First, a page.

The three groups were similar in terms of sex distribution, age, and educational level (table 1). Although the level of education was slightly lower in the ecstasy group, the differences were not statistically significant (χ2=6.44, df=8, p=0.59, educational levels 1–3 and 4–5 were pooled together for testing). The data for ecstasy and cannabis use are given in table 2. The two user groups were similar for the extent of previous use of cannabis. Ecstasy users had used ecstasy over 27 months on average. The average estimated total dose was 93.4 ecstasy tablets. Hence the average extent of use was about 3.5 ecstasy tablets a month, which is a typical recreational and not a very heavy use. Most ecstasy users had taken the drug for the last time 2 to 8 weeks before the study. In four cases this time period was shorter (7–10 days) whereas in two cases it was considerably longer (6–12 months).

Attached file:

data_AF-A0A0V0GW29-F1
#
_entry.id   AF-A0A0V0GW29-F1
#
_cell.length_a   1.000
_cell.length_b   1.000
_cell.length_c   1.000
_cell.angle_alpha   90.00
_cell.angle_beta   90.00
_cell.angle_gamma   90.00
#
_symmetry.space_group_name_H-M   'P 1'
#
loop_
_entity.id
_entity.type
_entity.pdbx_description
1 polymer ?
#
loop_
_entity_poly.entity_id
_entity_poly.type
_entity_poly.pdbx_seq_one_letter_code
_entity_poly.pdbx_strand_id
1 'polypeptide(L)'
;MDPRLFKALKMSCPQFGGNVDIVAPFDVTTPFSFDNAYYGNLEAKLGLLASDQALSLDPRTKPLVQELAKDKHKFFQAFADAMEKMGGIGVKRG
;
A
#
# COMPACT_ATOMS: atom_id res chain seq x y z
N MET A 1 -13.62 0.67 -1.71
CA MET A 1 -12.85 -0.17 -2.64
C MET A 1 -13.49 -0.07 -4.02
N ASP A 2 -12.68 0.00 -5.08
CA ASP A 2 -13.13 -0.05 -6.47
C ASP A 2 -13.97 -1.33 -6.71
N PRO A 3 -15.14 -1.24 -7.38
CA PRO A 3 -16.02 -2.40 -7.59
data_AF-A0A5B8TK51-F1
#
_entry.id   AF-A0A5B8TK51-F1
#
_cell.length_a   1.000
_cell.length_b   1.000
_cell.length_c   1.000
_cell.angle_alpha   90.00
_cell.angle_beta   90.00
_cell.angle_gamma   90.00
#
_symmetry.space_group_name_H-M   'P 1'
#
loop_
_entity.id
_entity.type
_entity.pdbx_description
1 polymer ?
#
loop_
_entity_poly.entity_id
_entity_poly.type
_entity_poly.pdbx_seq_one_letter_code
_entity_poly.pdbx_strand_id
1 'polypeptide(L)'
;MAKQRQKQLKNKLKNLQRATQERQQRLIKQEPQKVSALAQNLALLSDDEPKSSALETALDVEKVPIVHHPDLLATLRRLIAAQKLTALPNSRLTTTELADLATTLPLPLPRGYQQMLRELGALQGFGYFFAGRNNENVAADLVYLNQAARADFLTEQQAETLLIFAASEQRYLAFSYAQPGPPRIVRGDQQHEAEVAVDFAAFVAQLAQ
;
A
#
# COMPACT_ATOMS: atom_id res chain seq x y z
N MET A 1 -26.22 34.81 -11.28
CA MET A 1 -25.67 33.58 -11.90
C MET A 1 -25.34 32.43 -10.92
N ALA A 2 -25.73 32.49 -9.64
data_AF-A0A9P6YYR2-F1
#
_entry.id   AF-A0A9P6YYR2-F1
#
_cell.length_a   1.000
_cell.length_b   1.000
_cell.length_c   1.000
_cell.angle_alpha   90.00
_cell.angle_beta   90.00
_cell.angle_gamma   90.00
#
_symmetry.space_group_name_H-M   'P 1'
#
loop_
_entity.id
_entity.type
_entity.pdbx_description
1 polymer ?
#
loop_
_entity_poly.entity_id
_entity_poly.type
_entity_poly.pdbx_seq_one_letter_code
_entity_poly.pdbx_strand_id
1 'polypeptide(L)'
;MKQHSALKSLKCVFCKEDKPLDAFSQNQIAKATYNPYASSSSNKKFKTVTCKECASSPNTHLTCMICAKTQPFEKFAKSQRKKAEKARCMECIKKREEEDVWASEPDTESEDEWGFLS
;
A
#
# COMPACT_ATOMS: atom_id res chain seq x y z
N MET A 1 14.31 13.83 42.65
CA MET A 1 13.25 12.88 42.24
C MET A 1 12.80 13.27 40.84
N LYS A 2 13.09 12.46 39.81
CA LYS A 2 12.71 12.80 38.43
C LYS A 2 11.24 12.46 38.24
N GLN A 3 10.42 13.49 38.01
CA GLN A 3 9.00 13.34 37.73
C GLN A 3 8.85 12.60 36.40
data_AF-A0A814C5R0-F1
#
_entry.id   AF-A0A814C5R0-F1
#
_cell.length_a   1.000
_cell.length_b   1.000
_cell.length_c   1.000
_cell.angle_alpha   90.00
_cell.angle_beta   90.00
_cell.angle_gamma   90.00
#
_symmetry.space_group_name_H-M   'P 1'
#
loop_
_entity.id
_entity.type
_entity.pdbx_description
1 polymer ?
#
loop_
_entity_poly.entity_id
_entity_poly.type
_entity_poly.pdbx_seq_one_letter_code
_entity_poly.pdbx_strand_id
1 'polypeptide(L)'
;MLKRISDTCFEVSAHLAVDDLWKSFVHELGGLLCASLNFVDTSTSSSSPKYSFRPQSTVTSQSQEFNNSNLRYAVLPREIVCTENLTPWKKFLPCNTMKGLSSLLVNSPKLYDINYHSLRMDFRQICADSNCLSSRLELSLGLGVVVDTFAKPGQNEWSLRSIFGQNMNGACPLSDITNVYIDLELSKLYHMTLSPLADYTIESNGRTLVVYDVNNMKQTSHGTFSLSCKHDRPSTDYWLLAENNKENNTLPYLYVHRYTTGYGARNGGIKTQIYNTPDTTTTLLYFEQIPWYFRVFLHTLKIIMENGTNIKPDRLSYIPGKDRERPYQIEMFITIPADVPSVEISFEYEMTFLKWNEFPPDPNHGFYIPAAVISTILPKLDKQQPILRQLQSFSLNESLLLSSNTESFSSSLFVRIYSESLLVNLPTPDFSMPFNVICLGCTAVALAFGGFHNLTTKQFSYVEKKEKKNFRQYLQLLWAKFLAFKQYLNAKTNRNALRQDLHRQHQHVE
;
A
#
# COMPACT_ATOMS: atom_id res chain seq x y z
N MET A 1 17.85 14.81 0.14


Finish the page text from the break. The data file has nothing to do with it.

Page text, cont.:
In the reaction time (RT) tasks there were only very few errors and anticipatory responses in all three groups and there were no statistical differences among the groups. Therefore, these data are not presented. The overall results (RT and performance data) showed mostly good cognitive levels in all three groups. However, the ecstasy users tended to perform poorer in most tests and there were some statistically significant differences between the groups (ANOVA, table3): in the test of selective visual attention (go/nogo) ecstasy users had longer RTs than both control groups and a larger variance of RTs than the non-user group. In the tests of divided attention and intermodal integration ecstasy users had significantly longer RTs than the cannabis users. In the verbal working memory task (digit span backward) ecstasy users performed poorer than non-users. In the verbal learning and memory test (VLMT) ecstasy users recalled less words after the first presentation of the learning list than non-users (immediate recall). They required more repetitions to learn the items than both control groups and they forgot more words after the presentation of the interference list than the non-users. In the visuospatial memory task (VIG) ecstasy users recalled less figures after the first presentation than both control groups (immediate recall). Finally, ecstasy users showed a poorer performance than both control groups in all three general intelligence tests. Scores on the questionnaire for the assessment of concentration and memory problems did not differ significantly between the three groups, although the two user groups tended to score higher than the non-user group. By means of the canonical discriminant analysis 90.36% of the subjects could be assigned correctly to one of the three groups according to their performance data (92.9% of the ecstasy users, 85.7% of the cannabis users, and 92.6% of the non-users).